Of Beer and Borders
Alberta Loses Another Round In Its Support of Alberta Craft Brewers
Right now, Alberta Premier Notley and her government are thinking "stupid laws!", because they can't seem to get around the ones that affect subsidies or grants for Alberta craft brewers. Alberta's latest attempt, its 2016 Small Brewers Development Program (SBDP) has been struck down as a non-permitted obstacle to interprovincial trade, under the rules of the 1995 Canada-provincial Agreement on Internal Trade (the AIT).
In a 150 paragraph decision, publicly released June 11, 2018, the AIT Appeal Panel concluded that the SBDP monthly grant available only to Alberta brewers clearly gives them a competitive advantage over non-Alberta brewers, and therefore creates "less favourable treatment" and an "obstacle to trade", contrary to Article 401 and 403 of the AIT. The AIT does contain some exemptions and exceptions for certain province-specific incentives or investment programs, but the AIT Appeal Panel found those exemptions or exceptions don't apply to the SBDP. Alberta has been given until November 29, 2018 to remove the SBDP, or somehow make it compliant with the AIT.
If you don't have any paint you can watch dry, you can read the whole decision here: Artisan Ale Appeal Report
Alberta craft brewers are painfully aware that differences between liquor regulation in different provinces have historically put them at an economic disadvantage. Alberta's open borders regarding alcoholic beverage sales allow the products of brewers from other provinces and other countries to flow easily into the Alberta market. Not so in the other direction. Because the governments of other provinces still exercise control over the listing of alcoholic beverages that can be sold there, they can choose to be selective on what to list, and so in effect can favour their own provincial products.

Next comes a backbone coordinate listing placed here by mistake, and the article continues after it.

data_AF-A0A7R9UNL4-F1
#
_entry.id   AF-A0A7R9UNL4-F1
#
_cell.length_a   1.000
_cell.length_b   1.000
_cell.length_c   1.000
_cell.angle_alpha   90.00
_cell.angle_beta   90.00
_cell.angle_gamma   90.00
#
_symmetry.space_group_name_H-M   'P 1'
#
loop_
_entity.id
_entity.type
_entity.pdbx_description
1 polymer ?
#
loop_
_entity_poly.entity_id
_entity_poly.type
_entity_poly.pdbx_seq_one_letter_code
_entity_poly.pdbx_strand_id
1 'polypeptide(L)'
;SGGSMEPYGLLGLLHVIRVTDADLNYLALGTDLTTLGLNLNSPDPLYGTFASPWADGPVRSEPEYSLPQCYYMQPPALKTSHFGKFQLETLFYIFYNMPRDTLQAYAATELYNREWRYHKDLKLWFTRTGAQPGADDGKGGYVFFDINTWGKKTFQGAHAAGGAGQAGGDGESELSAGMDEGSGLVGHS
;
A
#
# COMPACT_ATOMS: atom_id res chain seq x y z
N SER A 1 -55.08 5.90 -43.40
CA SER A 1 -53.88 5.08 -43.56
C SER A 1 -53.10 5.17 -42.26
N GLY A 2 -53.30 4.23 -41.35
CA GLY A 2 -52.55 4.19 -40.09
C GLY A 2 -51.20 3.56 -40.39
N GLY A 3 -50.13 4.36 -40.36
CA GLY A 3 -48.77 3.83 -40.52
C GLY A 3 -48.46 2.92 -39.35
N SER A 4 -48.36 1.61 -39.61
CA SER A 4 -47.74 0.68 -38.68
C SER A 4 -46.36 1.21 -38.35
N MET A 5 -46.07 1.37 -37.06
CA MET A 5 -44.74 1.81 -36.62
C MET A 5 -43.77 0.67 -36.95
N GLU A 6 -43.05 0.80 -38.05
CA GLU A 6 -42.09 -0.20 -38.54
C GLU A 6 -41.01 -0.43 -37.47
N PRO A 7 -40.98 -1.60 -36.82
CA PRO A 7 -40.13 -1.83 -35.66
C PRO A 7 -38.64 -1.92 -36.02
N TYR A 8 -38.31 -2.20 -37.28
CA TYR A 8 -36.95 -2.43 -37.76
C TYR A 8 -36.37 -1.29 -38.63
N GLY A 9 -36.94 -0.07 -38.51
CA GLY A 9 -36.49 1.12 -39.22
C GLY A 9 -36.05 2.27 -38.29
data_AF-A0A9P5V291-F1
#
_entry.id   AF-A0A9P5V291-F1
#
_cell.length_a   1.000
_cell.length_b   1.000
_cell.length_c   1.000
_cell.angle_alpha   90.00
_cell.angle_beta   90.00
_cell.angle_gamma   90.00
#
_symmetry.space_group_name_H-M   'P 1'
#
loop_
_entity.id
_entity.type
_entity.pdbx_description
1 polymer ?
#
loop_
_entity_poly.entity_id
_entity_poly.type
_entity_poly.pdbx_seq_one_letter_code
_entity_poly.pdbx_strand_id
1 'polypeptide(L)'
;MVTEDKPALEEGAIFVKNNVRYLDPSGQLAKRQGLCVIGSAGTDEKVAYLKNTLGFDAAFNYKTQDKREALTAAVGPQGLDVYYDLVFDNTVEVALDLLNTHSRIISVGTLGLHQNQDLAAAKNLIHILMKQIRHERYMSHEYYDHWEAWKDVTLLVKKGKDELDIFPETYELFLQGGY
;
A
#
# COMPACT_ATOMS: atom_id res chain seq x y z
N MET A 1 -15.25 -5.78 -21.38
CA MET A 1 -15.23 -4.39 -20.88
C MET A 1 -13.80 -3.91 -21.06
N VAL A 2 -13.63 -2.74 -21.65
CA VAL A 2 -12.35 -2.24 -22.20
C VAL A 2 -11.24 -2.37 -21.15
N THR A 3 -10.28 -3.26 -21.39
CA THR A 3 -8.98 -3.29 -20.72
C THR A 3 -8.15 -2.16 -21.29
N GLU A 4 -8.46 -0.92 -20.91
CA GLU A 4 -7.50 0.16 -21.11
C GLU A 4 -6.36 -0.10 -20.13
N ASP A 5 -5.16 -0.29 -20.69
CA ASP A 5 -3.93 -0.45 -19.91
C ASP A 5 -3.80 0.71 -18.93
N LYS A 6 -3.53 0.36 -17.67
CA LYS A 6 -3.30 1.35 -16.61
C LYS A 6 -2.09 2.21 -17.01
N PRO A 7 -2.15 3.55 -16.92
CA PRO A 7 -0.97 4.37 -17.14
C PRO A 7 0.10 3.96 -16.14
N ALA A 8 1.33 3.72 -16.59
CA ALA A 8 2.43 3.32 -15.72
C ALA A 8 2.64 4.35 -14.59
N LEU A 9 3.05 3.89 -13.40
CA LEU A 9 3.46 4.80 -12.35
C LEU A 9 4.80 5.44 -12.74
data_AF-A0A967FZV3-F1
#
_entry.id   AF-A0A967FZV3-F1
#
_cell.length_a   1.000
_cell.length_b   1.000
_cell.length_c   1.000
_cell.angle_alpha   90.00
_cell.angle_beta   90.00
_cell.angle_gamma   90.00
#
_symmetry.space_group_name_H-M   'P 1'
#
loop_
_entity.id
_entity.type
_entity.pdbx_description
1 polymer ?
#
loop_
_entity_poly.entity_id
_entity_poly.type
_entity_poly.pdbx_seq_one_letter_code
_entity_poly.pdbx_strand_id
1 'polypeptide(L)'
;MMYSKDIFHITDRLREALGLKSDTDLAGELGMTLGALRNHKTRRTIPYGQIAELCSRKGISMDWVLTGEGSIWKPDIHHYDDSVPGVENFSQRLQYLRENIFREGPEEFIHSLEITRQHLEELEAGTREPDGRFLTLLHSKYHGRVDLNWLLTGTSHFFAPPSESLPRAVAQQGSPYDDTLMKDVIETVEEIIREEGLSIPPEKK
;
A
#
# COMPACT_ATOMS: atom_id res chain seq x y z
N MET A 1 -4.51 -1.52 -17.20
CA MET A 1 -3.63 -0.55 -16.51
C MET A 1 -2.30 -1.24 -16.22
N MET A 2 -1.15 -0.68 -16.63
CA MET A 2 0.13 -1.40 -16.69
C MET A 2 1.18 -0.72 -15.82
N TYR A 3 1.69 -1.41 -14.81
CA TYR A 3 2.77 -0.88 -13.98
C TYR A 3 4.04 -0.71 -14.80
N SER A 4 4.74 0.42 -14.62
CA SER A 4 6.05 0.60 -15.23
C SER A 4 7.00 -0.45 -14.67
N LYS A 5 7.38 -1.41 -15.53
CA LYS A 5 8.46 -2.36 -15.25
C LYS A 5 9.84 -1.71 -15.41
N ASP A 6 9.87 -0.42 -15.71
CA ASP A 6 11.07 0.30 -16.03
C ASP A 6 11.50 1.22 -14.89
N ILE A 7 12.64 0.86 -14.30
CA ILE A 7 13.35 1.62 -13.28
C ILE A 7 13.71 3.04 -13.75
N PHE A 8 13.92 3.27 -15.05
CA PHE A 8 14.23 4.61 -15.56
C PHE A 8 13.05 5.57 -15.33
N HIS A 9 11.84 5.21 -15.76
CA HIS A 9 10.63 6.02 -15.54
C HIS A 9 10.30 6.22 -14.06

Alberta Finance Minister Joe Ceci's reaction to the AIT Appeal Panel decision is that Alberta may now become more aggressive in challenging such practices by other provinces. Or the province may get creative with other types of support for the industry.
Alberta's current AIT wrist-slap for an unfair beer trade policy is ironically a result of being a leader among Canadian provinces in having the most open borders for alcoholic beverages. Alberta is the only province in Canada to have fully privatized its alcoholic beverage market (it did so in 1993), which means the Alberta government has left it solely to private business to decide what alcoholic beverages will be imported and sold in Alberta.
The party who started, and has now won, this AIT complaint process against the Alberta government only adds injury to that irony. The complainant is Calgary, Alberta beverage importer Artisan Ales, a presumably successful business that exists because of alcohol-sale privatization in Alberta.
The further kick in the policy pants for Alberta is the recent Supreme Court of Canada decision regarding New Brunswick's successful prosecution of amateur beer importer Gerald Comeau. The SCC decision establishes that maintaining a government-controlled alcohol sales system can create a valid exception to constitutionally required free-trade obligations between provinces. Except Alberta no longer has such a system – so the SCC Comeau decision only helps the provinces that are already restricting Alberta beer imports, while Alberta still seeks ways to keep home-grown brewers afloat in a sea of freely available craft beer from elsewhere.